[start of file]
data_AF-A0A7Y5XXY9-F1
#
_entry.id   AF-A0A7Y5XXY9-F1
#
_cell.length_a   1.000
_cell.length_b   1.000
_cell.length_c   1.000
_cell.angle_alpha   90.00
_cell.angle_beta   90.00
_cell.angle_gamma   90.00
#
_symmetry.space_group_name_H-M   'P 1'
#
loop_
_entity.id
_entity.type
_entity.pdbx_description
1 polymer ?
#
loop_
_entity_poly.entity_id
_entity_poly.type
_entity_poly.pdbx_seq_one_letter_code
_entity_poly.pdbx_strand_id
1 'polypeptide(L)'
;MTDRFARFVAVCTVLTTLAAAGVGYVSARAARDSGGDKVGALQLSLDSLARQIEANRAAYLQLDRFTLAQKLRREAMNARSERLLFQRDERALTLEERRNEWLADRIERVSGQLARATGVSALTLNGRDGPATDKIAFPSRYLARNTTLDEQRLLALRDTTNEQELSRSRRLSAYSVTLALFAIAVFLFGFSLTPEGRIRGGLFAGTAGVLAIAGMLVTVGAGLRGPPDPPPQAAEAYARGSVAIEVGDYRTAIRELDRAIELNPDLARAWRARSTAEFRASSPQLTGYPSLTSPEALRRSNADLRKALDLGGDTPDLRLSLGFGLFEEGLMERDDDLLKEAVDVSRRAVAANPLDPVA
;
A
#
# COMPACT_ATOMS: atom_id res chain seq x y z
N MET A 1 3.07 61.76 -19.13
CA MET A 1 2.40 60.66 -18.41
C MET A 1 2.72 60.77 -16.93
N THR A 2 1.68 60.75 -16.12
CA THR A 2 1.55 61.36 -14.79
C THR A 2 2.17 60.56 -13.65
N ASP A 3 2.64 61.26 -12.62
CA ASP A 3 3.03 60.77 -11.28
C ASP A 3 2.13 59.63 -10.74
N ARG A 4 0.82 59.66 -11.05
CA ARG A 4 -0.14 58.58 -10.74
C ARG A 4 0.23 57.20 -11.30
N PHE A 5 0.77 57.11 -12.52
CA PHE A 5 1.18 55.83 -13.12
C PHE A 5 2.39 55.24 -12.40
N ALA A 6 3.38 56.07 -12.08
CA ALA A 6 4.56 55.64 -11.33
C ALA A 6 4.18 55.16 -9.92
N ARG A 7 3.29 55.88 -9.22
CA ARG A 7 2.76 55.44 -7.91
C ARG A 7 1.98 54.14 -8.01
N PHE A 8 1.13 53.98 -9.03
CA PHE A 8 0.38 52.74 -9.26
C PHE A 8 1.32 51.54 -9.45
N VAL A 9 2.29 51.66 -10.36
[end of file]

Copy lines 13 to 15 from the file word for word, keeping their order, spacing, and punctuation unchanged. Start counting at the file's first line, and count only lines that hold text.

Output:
#
loop_
_entity.id